The Canutillo Independent School District board censured longtime Trustee Blanca Trout on Tuesday night after she was accused of knowingly violating school board policy and Texas election law during Canutillo High School’s homecoming parade.
Trout drove her truck, which was draped in banners bearing her name, in the parade, even after she had been told that wasn’t allowed.
Trout is running as the Republican candidate for the Precinct 4 seat on El Paso County Commissioners Court in the Nov. 8 election against Democrat and fellow trustee Sergio Coronado. Coronado abstained from the vote and all discussion, citing his participation in the election.
The censure isn’t about politics, said Superintendent Pedro Galaviz, who asked Coronado to put the item on the meeting agenda in his capacity as board president. Rather, it’s about a trustee thinking they are above the rules and the message that sends to students and staff, as well as ensuring safety at district events, he said.
“It comes back to elected officials -- you’re not above if we say no,” he said as trustees discussed whether to formally denounce her actions. “And it may be just a parade for some, but it’s about following the rules.”
“We have values here in this district and if we’re not going to follow them, and you’re not going to follow them as a board … don’t expect kids to follow,” he added.
After trustees were invited to ride together on a float in the Sept. 21 homecoming parade, Trout requested to ride in a separate truck displaying a banner with her name. Galaviz denied the request, which he said both he and the high school communicated to her.
Days later, Trout obtained a doctor’s note informing the superintendent that she could not be on the float. The superintendent then offered her the option of riding in the truck that would pull the float, but said he never heard back from her.
It was only after the event that he learned that she had snuck her truck in the line of parade vehicles. A large “Blanca Trout Canutillo ISD Board Trustee” sign was affixed to each side, according to a picture Galaviz showed El Paso Matters.
The signs were nearly identical to those used throughout her campaign for county commissioner. The color scheme and font are similar, as is the use of stars inside the ‘A’ letters of her name.
Trout denied the likeness in an interview Wednesday and maintained that she did nothing wrong.
“There’s nothing in the law that it says that I cannot participate, or obligated me to go in the float,” she said.
The Texas Election Code stipulates that “school district officials may not use public resources to advocate for or against particular political candidates and/or groups of candidates.” It also prohibits school boards from “using state or local funds to electioneer for or against any candidate.”
“That parade is not any one of yours or your ownership; it's a formal presentation by a school district for homecoming purposes,” Priscilla de Mata, a lawyer for the district, informed trustees Tuesday.
“What we have to remember is not to use any district resources or funds or time or events to campaign,” she continued. “And whether or not Ms. Trout looked at it that way or not, we have to be realists -- we’re in election season.”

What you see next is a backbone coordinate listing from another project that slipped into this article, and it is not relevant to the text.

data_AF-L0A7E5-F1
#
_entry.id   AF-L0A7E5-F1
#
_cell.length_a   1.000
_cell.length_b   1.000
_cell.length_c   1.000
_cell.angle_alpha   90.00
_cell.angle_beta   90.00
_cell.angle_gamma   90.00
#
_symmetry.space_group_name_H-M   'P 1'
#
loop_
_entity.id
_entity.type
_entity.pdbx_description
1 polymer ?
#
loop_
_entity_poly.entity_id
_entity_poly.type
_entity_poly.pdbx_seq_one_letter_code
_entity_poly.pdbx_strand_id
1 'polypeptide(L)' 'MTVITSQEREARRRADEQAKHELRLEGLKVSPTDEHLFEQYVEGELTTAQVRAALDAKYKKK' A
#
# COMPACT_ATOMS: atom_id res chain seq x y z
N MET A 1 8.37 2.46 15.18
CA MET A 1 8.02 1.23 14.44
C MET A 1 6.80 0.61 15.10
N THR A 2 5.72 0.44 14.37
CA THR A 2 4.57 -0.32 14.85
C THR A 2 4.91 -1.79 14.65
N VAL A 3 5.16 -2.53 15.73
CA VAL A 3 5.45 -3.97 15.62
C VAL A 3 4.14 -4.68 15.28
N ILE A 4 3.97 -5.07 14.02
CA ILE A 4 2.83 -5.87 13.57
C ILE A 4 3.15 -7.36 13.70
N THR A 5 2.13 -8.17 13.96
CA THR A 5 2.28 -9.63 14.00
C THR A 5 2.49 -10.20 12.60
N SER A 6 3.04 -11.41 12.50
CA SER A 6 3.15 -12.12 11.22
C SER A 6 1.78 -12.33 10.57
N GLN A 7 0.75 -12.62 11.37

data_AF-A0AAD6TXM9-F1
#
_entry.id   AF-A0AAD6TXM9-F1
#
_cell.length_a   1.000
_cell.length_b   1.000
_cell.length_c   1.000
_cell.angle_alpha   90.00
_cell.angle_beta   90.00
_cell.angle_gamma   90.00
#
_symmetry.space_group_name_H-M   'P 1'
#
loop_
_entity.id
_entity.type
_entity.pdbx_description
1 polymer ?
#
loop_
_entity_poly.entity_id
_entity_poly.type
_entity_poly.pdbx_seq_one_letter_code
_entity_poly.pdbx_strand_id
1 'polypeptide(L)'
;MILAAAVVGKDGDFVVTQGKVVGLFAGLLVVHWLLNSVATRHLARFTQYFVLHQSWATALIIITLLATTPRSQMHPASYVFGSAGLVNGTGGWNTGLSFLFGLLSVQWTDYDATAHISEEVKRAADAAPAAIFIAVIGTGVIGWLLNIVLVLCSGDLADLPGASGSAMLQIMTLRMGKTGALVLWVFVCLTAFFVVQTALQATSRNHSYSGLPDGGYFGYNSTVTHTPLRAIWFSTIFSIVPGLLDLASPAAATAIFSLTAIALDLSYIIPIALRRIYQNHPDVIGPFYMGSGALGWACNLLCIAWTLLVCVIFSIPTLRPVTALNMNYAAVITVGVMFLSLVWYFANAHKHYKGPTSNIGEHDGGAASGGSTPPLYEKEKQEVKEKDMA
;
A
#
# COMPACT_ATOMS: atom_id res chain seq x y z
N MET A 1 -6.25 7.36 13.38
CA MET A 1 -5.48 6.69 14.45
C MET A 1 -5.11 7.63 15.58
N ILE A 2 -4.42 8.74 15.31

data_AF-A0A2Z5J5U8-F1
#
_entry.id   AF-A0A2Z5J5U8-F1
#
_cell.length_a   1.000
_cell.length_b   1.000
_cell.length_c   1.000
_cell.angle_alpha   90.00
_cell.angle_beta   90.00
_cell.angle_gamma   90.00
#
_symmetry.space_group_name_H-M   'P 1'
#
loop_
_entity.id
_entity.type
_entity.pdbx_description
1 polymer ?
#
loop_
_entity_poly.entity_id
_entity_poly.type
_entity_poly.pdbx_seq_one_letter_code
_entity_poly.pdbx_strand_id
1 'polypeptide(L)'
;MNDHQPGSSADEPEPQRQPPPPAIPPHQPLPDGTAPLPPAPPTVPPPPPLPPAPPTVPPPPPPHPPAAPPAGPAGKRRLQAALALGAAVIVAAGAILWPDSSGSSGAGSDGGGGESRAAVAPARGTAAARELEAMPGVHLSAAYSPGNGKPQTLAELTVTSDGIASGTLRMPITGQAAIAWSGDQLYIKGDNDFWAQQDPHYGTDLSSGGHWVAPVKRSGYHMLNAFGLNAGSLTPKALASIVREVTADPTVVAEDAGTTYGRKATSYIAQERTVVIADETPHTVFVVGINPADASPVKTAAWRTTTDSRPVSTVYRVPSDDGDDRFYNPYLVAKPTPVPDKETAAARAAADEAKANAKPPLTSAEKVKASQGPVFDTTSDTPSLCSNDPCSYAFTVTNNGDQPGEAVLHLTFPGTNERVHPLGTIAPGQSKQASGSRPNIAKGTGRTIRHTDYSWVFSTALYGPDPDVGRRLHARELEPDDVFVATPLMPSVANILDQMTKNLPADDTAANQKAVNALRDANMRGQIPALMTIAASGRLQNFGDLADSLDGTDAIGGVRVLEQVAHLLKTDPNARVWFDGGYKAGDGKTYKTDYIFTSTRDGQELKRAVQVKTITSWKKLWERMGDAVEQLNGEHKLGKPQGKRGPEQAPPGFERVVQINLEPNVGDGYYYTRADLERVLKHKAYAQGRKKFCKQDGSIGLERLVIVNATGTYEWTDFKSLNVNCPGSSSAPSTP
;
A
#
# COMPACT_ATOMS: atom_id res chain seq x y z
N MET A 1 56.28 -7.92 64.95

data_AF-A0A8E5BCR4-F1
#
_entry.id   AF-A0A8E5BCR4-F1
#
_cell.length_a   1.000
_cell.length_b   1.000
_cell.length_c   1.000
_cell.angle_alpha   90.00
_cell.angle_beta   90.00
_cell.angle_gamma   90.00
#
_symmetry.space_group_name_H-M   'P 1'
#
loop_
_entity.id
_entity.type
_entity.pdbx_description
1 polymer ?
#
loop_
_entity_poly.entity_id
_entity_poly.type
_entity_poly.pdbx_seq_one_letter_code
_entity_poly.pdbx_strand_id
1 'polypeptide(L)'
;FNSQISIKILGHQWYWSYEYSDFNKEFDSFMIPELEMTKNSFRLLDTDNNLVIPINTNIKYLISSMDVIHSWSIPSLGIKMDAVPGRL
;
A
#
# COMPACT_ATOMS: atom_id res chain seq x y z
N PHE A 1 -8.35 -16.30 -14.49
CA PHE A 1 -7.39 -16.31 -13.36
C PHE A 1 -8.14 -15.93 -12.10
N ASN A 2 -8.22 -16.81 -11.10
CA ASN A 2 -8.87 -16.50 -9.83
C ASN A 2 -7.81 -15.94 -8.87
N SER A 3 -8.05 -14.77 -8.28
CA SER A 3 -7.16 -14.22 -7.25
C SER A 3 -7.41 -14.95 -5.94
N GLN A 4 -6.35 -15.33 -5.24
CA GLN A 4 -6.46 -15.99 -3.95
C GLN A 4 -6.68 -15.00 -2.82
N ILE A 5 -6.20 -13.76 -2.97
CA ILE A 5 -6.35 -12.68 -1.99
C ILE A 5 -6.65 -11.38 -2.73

This legal guidance was communicated to Trout following her initial request to ride in her own vehicle, de Mata said. Trout was advised against participating in her own vehicle and was told that if she went that route, to do so “with no additional flair or individual campaign sign in their names.”
The entire board was also emailed a copy of a separate board policy detailing rules around campaign ethics, according to the internal auditor.
Trout’s fellow trustees did not hold back Tuesday in their criticism of her decision to bypass administrators and join the parade.
“You have been on the board for years and you should know the rules and regulations of those board policies!” Trustee Salvador Payan said in exasperation after Trout denied receiving the policy.
Board policies govern district operations and are publicly available online. Trout, Payan pointed out, has taken part in multiple school board governance trainings since she joined the board in 2016.
“The first thing they told us, ‘until adults’ attitudes change, the kids’ attitudes will not change,’” Payan said of the training. “They drum that into us time and time again.”
Trout’s decision to join the parade despite not being authorized to do so was “an abuse of power,” said Trustee Tristan Hernandez.
Trustee Patsy Mendoza joined Hernandez and Payan in voting to censure Trout. Trout voted against the censure, while Coronado and Trustee Armando Rodriguez abstained. Trustee Laure Searls was absent.
Trout pushed for Rodriguez’s abstention given what she said was a “conflict of interest” stemming from Coronado’s representation of him in various traffic offenses, including 2013 and 2021 arrests for driving while intoxicated. (The 2013 charge was dismissed after Rodriguez participated in a pre-trial diversion program, and the 2021 charge is still pending, according to court records.)
Rodriguez told El Paso Matters that he abstained because he wanted the board to take up the issue of the censure after the election.
“I asked Dr. Galaviz to not even put this item on the agenda because of the politics behind it,” he said Tuesday when announcing his abstention.
The superintendent, in an interview after the meeting, expressed disappointment in Coronado and Rodriguez’s decision not to take part in the vote, and the accompanying discussion.
“This is bigger than the election,” Galaviz said. “This is about doing what’s right. … Why remove yourself from a conversation that’s about school business? This is a trustee business.”